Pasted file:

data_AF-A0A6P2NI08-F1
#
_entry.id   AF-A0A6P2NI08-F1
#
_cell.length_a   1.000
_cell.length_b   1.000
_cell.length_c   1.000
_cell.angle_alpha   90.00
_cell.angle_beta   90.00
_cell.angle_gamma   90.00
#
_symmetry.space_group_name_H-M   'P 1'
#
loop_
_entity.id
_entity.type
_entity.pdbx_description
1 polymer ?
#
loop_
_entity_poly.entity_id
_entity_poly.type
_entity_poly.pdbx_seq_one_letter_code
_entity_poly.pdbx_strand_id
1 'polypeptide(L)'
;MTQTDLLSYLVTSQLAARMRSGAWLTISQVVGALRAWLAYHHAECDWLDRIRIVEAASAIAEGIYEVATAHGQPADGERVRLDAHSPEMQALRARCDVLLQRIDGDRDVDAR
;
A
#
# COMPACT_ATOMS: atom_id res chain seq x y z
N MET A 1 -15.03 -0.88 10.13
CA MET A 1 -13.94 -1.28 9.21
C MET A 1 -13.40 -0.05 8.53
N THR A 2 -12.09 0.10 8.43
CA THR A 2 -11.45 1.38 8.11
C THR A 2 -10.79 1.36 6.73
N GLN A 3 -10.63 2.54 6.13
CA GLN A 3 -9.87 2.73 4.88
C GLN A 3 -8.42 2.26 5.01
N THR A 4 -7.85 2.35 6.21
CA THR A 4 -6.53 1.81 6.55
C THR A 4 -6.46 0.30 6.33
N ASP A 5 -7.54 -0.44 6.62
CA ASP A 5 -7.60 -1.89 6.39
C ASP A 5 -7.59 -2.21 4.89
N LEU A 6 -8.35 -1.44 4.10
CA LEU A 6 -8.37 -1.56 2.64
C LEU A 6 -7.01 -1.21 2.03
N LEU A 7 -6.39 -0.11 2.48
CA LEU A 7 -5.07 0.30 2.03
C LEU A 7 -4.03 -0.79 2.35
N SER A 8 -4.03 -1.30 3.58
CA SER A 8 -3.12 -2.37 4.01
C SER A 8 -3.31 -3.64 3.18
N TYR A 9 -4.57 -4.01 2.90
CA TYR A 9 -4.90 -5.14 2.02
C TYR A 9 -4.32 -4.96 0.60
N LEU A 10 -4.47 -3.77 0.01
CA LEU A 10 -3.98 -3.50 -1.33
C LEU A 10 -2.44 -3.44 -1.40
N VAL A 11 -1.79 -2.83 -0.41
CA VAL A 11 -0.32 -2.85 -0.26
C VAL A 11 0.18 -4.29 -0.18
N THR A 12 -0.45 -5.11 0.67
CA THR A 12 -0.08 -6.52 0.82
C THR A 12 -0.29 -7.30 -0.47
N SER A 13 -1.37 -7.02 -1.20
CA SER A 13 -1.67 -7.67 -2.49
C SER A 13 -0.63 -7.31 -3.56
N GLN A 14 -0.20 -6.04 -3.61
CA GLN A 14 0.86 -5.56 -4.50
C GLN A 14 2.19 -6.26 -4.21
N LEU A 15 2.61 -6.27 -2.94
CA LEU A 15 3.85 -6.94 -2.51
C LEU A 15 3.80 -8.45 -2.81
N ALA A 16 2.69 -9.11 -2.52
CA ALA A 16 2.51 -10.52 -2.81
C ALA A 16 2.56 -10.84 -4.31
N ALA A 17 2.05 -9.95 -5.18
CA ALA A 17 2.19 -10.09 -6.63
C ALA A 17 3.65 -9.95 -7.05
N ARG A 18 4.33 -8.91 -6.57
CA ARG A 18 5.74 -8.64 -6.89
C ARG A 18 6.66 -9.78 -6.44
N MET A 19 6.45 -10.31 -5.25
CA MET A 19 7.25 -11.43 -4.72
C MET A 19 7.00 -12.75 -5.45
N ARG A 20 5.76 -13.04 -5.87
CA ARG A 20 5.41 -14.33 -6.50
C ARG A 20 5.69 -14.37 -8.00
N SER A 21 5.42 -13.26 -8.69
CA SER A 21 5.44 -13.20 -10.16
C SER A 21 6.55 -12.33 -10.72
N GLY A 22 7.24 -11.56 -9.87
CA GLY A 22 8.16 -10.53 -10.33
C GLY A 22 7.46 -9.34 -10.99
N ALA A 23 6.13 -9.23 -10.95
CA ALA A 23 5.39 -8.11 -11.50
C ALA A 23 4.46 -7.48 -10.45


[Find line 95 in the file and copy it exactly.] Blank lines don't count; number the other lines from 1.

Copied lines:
CA GLY A 22 8.16 -10.53 -10.33